Secure Firmware Update

The system must support secure ways to handle modifications (e.g. by means of updates) to the firmware. Intentional modifications (e.g. a user installing a legitimate vendor update) must be possible, unauthorized modification must not be possible (such as an attacker trying to install a modified firmware using the official update mechanism – unofficial mechanisms are covered in Lock Logical Access ).

The sources listed below contain detailed guidance, however, the following aspects should be particularly taken into account:
  • Updates should be signed in cryptographically secure way. Guidance on that can be found in NIST SP 800-89, NIST FIPS 186-3, or NIST SP 800-131A
  • The Root of Trust for Update (RTU) should be stored in a tamper-protected way, e.g. using hardware key stores. Those key stores must be properly closed after usage.
  • The lifetime of the RTU must be adjusted to the expected lifetime of devices and update frequency, which is often much longer for embedded devices than regular IT devices.
  • Evaluate computing resources limits (such as limited storage when extracting update bundles) and environmental factors (such as limited network connectivity/connectivity with only specific protocols) to avoid update starvation or even bricking.

Nist - SP800-147 BIOS Protection Guidelines:

Some of the elements are specific for BIOS updates, but most are relevant as a general purpose guide for firmware updates:
  
1. Approved BIOS Update Mechanisms
  • 1-A All updates to the system BIOS shall use either an authenticated BIOS update mechanism as described in Section 3.1.1 or an optional secure local update mechanism compliant with the guidelines in Section 3.1.2.

2. BIOS Update Authentication
  • 2-A There shall be a Root of Trust for Update (RTU) that contains a signature verification algorithm and a key store that includes the public key needed to verify the signature on the BIOS update image.
  • 2-B The key store and the signature verification algorithm shall be stored in a protected fashion on the computer system and shall be modifiable only using an authenticated update mechanism or a secure local update mechanism as outlined in Section 3.1.2.
  • 2-C The key store in the RTU shall include the public key for verifying the signature on a BIOS update image or include the hash [FIPS 180-3] of the public key for verifying the signature on a BIOS update image that includes the public key. In the latter case, the update mechanism shall ensure that the hash of the public key provided with the BIOS update image appears in the key store before using the provided public key to verify the signature on the BIOS update image.
  • 2-D BIOS images shall be signed in conformance with NIST SP 800-89, Recommendation for Obtaining Assurances for Digital Signature Applications [SP800-89], using an approved digital signature algorithm as specified in NIST FIPS 186-3, Digital Signature Standard [FIPS186-3], that provides at least 112 bits of security strength, in accordance with NIST SP 800-131A, Transitions: Recommendation for Transitioning the Use of Cryptographic Algorithms and Key Lengths [SP800-131A].
  • 2-E The authenticated update mechanism shall ensure that the BIOS update image has been digitally signed and that the digital signature can be verified using one of the keys in the key store in the RTU before updating the BIOS.
 
3. Secure Local Update (Optional) BIOS implementations may optionally include a secure local update mechanism, where physical presence authorizes installation of BIOS update images without necessarily using the authenticate update mechanism.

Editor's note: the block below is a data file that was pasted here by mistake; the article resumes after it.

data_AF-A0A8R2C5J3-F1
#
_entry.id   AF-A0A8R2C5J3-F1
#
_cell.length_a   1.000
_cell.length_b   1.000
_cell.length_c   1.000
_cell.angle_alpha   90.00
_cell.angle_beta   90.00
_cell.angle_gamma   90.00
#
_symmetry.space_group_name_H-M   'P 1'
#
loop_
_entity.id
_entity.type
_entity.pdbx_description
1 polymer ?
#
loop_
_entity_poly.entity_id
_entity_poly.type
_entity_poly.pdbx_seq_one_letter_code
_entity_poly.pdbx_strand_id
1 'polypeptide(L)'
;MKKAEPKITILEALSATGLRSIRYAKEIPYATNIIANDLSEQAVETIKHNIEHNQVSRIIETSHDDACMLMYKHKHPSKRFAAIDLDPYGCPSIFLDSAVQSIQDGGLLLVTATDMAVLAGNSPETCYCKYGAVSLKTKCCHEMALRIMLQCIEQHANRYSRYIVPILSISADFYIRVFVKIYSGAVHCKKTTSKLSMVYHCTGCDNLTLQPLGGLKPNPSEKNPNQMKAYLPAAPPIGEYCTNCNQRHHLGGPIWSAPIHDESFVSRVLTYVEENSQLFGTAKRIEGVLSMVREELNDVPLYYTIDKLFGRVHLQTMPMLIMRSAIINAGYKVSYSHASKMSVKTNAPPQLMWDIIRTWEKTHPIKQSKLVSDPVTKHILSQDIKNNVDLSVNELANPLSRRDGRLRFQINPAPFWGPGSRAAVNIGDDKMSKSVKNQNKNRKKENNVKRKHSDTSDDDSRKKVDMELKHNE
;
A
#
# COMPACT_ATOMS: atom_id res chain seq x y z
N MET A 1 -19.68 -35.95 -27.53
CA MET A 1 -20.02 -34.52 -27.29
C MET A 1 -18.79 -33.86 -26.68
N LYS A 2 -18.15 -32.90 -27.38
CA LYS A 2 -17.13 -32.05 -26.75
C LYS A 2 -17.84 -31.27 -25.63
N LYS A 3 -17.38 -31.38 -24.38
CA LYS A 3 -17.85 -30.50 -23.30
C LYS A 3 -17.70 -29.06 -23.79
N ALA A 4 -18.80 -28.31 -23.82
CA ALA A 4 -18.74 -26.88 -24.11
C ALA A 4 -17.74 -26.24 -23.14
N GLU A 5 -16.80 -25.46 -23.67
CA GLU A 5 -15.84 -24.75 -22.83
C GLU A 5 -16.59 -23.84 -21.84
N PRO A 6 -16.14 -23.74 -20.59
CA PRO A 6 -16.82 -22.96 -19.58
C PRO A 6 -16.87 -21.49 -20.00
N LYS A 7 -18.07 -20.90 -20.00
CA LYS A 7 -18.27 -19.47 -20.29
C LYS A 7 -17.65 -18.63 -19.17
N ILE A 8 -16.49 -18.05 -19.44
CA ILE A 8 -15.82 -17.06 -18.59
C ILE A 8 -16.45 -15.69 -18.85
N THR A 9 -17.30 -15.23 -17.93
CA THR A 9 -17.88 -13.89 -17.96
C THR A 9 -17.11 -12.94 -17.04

• 3-A A secure local update mechanism shall ensure the authenticity and integrity of the BIOS update image by requiring physical presence.
 
4. Integrity Protection
  • 4-A The RTU and the BIOS (excluding configuration data used by the BIOS that is stored in non­volatile memory) shall be protected from unintended or malicious modification using a mechanism that cannot be overridden outside of an authenticated BIOS update.
  • 4-B The protection mechanism shall be protected from unauthorized modification.
  • 4-C The authenticated BIOS update mechanism shall be protected from unintended or malicious modification by a mechanism that is at least as strong as that protecting the RTU and the system BIOS.
  • 4-D The protection mechanism shall protect relevant regions of the system flash memory containing the system BIOS prior to executing firmware or software that can be modified without using an authenticated update mechanism or a secure local update mechanism.
  • 4-E Protections should be enforced by hardware mechanisms that are not alterable except by an authorized mechanism.
 
5. Non-Bypassability These non-bypassability guidelines do not apply to configuration data used by the system BIOS that is stored in non-volatile memory.
  • 5-A The authenticated BIOS update mechanism shall be the exclusive mechanism for modifying the system BIOS absent physical intervention through the secure local update mechanism.
  • 5-B The design of the system and accompanying system components and firmware shall ensure that there are no mechanisms that allow the system processor or any other system component to bypass the authenticated update mechanism, except for the secure local update mechanism.
  • 5-C While system components may have read access to BIOS flash memory, they shall not be able to directly modify the system BIOS except through the authenticated update mechanism or by an authorized mechanism requiring physical intervention.
  • 5-C.i Bus mastering that bypasses the main processor (e.g., Direct Memory Access to the system flash) shall not be capable of directly modifying the firmware.

Microcontrollers on the system shall not be capable of directly modifying the firmware, unless the hardware and firmware components of the microcontroller are protected with equivalent mechanisms at the RTU.​​